Some poor fellow jumped from the Golden Gate Bridge. “Mid-air,” says Iliana Rocha, “his bones split & feathered—he was lightness. His bones were braided wheat. Bones collapsed like a birdhouse of Popsicle sticks. He said his hands transmuted into doves, in a constant state of ascent like an apology.”
These irresistible lines are but a taster of Iliana Rocha’s virtuosity in elevating even the most despairing aspects of humanity. The lyrical inventiveness is typical of a poet whose skill is equal to her imagination. In this, her second collection, we are presented with a series of highly original poems recounting the personal tragedies of real victims, current and past, and setting them against a background of national decline. It seems entirely fitting that it should be dedicated to her murdered grandfather, Inocencio Rodriguez, and his wife Isabel, considering the injustices and defeats that populate these pages like a plague.
Incidentally, when he was saved, the failed suicide was found to have a note pinned to his collar, reading simply “Burden.” It’s the kind of detail which assaults the senses and brings you up against the reality of an almost mundane catalogue of horror revealed daily in the media. Here, the poet insists on the individuality and worth of all victims. Nearly a third of the poems share the title of the book, which is a nice conceit that honors not only the memory of a family member, but each of the casualties of criminality, decay and despair; the numbers recorded and forgotten by officialdom.
We get to know a good deal about the experience of Latinos in the land of soured milk and honey, including the many instances of unthinking cruelty and humiliation resulting from incomprehension and fear. Then there are the historic killings, like the one in San Antonio where the authorities “peel the bodies away from where they lie, but they can’t remove the wreckage of their faces”; or a lynching where the mob wasn’t satisfied “until they couldn’t tell his body from the bark.” Hard to stomach.
Somehow, even more distressing perhaps, are the subtle, the almost tangential details of an individual case. A particularly haunting piece is the prose poem “Texas Killing Fields,” referring to an area between Houston and Galveston. Over the years, many women have gone missing from, or have been found dead there. One such is an unnamed girl with an anchor tattooed on a wrist and an ankle:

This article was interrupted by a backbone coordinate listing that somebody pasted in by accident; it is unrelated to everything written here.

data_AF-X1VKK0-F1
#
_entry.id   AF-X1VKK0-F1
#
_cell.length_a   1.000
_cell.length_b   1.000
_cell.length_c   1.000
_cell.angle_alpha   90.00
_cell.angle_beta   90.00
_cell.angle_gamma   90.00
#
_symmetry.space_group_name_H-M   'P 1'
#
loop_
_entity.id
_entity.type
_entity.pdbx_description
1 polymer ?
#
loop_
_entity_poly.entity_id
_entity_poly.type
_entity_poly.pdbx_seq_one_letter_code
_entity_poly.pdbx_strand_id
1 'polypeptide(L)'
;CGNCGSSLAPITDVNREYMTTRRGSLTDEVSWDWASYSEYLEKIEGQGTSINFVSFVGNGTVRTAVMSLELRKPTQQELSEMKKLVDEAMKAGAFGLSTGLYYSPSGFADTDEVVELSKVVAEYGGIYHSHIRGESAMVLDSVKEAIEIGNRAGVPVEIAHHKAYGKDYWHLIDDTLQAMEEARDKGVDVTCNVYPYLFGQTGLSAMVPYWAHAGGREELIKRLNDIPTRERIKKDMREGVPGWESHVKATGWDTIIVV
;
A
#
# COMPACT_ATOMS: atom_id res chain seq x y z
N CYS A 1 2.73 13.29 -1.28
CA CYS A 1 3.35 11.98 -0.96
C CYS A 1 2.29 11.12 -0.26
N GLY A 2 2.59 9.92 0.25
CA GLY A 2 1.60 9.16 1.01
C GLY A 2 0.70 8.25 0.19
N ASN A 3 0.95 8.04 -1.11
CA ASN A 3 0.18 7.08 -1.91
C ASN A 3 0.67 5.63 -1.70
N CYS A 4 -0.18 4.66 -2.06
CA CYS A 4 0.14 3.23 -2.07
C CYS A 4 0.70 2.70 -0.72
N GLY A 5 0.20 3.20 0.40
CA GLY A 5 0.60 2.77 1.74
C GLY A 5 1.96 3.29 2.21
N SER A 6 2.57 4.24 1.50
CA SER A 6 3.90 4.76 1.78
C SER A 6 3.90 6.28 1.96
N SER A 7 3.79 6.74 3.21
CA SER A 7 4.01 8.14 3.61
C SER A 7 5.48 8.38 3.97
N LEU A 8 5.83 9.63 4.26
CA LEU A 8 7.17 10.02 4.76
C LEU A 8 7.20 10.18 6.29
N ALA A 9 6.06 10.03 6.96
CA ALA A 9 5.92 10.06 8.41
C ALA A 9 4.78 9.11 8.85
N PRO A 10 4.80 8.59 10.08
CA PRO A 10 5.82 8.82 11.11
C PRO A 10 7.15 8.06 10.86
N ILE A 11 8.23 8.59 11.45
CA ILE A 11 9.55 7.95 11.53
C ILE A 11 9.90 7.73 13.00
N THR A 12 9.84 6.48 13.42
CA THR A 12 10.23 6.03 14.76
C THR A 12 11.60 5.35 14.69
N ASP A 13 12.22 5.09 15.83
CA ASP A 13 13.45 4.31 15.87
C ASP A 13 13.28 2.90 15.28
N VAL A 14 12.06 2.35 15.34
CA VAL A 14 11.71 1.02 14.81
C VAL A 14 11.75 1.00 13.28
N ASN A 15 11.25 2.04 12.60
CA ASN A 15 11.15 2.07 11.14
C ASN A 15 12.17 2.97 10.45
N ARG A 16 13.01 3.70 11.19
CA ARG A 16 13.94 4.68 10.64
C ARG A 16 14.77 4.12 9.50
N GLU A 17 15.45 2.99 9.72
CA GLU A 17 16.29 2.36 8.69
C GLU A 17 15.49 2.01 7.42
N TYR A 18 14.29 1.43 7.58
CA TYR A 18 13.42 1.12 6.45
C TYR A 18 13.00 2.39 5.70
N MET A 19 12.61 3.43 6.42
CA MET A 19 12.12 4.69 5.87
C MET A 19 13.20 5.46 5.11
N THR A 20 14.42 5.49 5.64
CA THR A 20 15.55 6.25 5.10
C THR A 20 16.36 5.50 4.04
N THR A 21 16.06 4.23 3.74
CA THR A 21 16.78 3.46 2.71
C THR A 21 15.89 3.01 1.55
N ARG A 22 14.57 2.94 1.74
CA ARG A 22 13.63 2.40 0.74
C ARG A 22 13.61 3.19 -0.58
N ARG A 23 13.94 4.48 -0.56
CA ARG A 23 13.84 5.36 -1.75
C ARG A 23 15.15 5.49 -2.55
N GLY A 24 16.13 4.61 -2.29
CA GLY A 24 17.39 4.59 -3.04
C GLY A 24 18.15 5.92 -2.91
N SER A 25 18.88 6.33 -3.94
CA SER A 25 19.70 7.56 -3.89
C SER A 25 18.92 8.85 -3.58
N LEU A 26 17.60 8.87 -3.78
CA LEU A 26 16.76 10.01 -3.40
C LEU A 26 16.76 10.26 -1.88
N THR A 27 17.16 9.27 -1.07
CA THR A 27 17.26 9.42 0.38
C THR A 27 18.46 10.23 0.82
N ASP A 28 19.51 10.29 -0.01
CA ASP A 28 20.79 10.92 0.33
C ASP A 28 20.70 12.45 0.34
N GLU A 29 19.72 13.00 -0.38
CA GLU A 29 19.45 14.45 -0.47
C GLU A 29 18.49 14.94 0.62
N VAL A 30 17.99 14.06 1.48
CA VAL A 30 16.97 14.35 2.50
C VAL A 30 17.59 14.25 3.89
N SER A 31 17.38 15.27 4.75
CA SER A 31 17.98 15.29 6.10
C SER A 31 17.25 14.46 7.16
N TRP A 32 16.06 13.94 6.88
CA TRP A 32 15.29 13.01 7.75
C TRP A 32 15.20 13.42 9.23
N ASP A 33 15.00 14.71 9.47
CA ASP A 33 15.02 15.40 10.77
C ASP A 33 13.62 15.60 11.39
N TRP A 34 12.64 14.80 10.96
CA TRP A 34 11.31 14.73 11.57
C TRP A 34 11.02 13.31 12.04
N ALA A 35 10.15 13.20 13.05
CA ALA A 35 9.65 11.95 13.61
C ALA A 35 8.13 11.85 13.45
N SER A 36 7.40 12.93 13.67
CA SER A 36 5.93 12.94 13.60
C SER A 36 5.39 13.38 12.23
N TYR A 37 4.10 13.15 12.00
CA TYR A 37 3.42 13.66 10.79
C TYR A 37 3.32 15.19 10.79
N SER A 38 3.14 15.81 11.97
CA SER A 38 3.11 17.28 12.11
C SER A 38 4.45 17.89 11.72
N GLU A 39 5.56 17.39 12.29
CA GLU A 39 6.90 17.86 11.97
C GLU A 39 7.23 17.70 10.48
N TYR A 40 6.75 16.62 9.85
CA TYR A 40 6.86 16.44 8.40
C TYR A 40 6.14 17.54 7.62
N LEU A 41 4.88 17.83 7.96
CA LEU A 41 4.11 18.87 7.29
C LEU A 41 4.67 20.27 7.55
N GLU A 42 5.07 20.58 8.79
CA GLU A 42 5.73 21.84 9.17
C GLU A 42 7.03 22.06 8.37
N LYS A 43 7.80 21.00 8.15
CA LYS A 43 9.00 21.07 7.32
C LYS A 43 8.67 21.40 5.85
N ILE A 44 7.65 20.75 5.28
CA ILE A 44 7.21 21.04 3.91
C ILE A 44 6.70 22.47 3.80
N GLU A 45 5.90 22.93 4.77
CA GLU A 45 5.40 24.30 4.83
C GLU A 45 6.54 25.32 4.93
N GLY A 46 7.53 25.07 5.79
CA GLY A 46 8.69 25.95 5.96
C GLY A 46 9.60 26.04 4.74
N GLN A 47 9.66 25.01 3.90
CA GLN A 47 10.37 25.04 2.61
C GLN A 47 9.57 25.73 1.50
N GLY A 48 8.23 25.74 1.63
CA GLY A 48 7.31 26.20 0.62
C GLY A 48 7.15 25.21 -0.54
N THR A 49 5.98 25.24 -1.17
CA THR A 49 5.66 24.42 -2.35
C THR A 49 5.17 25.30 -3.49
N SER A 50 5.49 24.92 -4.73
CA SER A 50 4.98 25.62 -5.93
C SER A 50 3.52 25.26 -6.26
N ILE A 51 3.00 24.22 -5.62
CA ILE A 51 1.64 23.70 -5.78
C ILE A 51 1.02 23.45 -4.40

… We knew her by the dress, the field says, smelled sweet like almonds. We knew her by her overbite.
… There’s no delicacy in
faith, the field says, just in the way the scavengers rearrange the bones.
This supremely written and quite devastating bit of work is representative of Iliana Rocha’s collection as a whole, which is as expansive and fascinating as it is beautifully composed. I hope I have not given the impression that the seriousness of the subject matter necessarily precludes the lyrical or the benevolent. Far from it. There are numerous instances of a light touch being employed to illustrate contrast, and a delicacy which serves to intensify a poem. Her seemingly effortless ability to summon the simile that surprises, the metaphor that sticks, is the mark of a natural poet.
One of the incarnations of “The Many Deaths of Inocencio Rodriguez” begins with an almost Prufrock-like stillness:
The street hangs from the sky, held in suspension
by summer’s dark hair lazily in a braid
And in “Still Life,” Rocha sees her Aunt Carmen sorrowfully tapping her finger on her margarita glass, claiming “the antihero for holiness is inside.” On it, “El Diablo no duerme” is
… written in red lipstick on the edge
of her cup stuck with salt, & the clouds on hangers are like
my grandfather’s blue satin Houston Oilers jacket, oil derrick
These few lines, to me at least, encapsulate the poet’s artistry—her gift, really.
I was much impressed by “Interrogation,” in which Jodi Arias, waiting for a detective to question her about the killing of her abusive partner, is scraping the label off a water bottle “like the way he used to undress her.” Having seen photographs taken at the scene of the murder, the narrator tells us that each digital camera flash is “a match ignited into fantasy, & for a moment I cradle, very close to me, violence.” It’s an intriguing piece, a little like a chapter of pulp fiction, elegantly distilled. And “Love letter to Scott Peterson” is a doleful, but rather touching poem, about a man receiving the first of many marriage proposals whilst on Death Row. He had killed his wife and unborn child. At the end of the letter, the woman confesses “I too am hated by the world—I’m a cat on fire in a metal drum. No one’s looking for who put me there.”
The author’s personal experience allows her not only first-hand knowledge of the dark currents surfacing across the continent, but also the authority to speak of them. That she succeeds in doing so with these remarkable, almost daring poems, is proof of her considerable awareness and keen eye. Her sure handling of difficult content is complimented by inspired imagery, and by a solidarity; an empathy, like flowers left at the scene of a crime. Often, on reading of shocking brutality or bleak desperation, it feels as if we are trespassing on a stranger’s grief. But surely, coming up against the sometimes sordid, often heart-breaking reality is like an Act of Witness, and is no more than these victims of fate deserve.
In the poem “Bird Atlas,” Rocha has Our Lady of Guadeloupe saying that she thought humanity:
… was more like the stubborn laughing
chihuahuas, not like
Mexico City canaries & their stupid wistfulness.
Which, after wondering at these accomplished and affecting poems, somehow feels appropriate.
The Many Deaths of Inocencio Rodriguez, by Iliana Rocha. North Adams, Massachusetts: Tupelo Press, February 2022. 116 pages. $19.95, paper.
Robert Dunsdon is a British writer whose poetry and reviews have been widely published in both the UK and in America.